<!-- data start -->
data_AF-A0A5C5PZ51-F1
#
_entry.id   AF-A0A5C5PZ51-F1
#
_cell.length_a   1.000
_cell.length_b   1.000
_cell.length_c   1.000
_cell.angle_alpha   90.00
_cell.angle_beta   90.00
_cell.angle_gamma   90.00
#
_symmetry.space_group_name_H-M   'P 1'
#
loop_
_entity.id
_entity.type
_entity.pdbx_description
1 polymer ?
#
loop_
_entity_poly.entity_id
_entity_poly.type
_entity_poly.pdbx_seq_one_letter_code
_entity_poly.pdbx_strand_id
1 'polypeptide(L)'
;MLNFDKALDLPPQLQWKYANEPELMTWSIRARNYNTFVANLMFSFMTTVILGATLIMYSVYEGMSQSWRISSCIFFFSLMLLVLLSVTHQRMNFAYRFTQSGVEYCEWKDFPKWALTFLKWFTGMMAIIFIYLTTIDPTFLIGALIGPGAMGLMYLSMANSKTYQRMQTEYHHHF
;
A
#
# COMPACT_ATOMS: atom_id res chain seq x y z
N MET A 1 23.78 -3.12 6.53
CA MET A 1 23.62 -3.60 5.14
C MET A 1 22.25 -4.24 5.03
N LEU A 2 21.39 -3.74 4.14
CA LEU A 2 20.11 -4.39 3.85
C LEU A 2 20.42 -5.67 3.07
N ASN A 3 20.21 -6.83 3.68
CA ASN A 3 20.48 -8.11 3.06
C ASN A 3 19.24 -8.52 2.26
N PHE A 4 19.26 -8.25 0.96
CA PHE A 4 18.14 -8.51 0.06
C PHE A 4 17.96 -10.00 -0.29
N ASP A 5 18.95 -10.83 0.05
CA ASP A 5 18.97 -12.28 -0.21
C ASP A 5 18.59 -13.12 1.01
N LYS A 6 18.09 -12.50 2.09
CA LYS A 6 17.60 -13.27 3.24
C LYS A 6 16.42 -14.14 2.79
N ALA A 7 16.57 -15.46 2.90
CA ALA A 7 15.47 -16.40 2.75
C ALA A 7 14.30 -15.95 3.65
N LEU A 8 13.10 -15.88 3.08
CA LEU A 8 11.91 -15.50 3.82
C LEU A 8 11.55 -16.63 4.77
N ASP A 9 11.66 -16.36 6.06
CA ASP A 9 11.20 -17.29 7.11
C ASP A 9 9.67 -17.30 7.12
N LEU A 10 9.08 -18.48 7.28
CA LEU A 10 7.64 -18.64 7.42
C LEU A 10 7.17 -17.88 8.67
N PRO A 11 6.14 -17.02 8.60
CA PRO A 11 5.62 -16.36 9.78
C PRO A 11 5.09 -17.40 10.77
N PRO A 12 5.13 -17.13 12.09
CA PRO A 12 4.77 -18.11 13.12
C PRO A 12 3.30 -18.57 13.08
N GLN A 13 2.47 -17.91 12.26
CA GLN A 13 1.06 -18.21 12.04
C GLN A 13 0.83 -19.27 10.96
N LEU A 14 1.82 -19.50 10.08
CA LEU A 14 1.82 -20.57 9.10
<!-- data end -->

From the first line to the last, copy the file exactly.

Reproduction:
data_AF-A0A5C5PZ51-F1
#
_entry.id   AF-A0A5C5PZ51-F1
#
_cell.length_a   1.000
_cell.length_b   1.000
_cell.length_c   1.000
_cell.angle_alpha   90.00
_cell.angle_beta   90.00
_cell.angle_gamma   90.00
#
_symmetry.space_group_name_H-M   'P 1'
#
loop_
_entity.id
_entity.type
_entity.pdbx_description
1 polymer ?
#
loop_
_entity_poly.entity_id
_entity_poly.type
_entity_poly.pdbx_seq_one_letter_code
_entity_poly.pdbx_strand_id
1 'polypeptide(L)'
;MLNFDKALDLPPQLQWKYANEPELMTWSIRARNYNTFVANLMFSFMTTVILGATLIMYSVYEGMSQSWRISSCIFFFSLMLLVLLSVTHQRMNFAYRFTQSGVEYCEWKDFPKWALTFLKWFTGMMAIIFIYLTTIDPTFLIGALIGPGAMGLMYLSMANSKTYQRMQTEYHHHF
;
A
#
# COMPACT_ATOMS: atom_id res chain seq x y z
N MET A 1 23.78 -3.12 6.53
CA MET A 1 23.62 -3.60 5.14
C MET A 1 22.25 -4.24 5.03
N LEU A 2 21.39 -3.74 4.14
CA LEU A 2 20.11 -4.39 3.85
C LEU A 2 20.42 -5.67 3.07
N ASN A 3 20.21 -6.83 3.68
CA ASN A 3 20.48 -8.11 3.06
C ASN A 3 19.24 -8.52 2.26
N PHE A 4 19.26 -8.25 0.96
CA PHE A 4 18.14 -8.51 0.06
C PHE A 4 17.96 -10.00 -0.29
N ASP A 5 18.95 -10.83 0.05
CA ASP A 5 18.97 -12.28 -0.21
C ASP A 5 18.59 -13.12 1.01
N LYS A 6 18.09 -12.50 2.09
CA LYS A 6 17.60 -13.27 3.24
C LYS A 6 16.42 -14.14 2.79
N ALA A 7 16.57 -15.46 2.90
CA ALA A 7 15.47 -16.40 2.75
C ALA A 7 14.30 -15.95 3.65
N LEU A 8 13.10 -15.88 3.08
CA LEU A 8 11.91 -15.50 3.82
C LEU A 8 11.55 -16.63 4.77
N ASP A 9 11.66 -16.36 6.06
CA ASP A 9 11.20 -17.29 7.11
C ASP A 9 9.67 -17.30 7.12
N LEU A 10 9.08 -18.48 7.28
CA LEU A 10 7.64 -18.64 7.42
C LEU A 10 7.17 -17.88 8.67
N PRO A 11 6.14 -17.02 8.60
CA PRO A 11 5.62 -16.36 9.78
C PRO A 11 5.09 -17.40 10.77
N PRO A 12 5.13 -17.13 12.09
CA PRO A 12 4.77 -18.11 13.12
C PRO A 12 3.30 -18.57 13.08
N GLN A 13 2.47 -17.91 12.26
CA GLN A 13 1.06 -18.21 12.04
C GLN A 13 0.83 -19.27 10.96
N LEU A 14 1.82 -19.50 10.08
CA LEU A 14 1.82 -20.57 9.10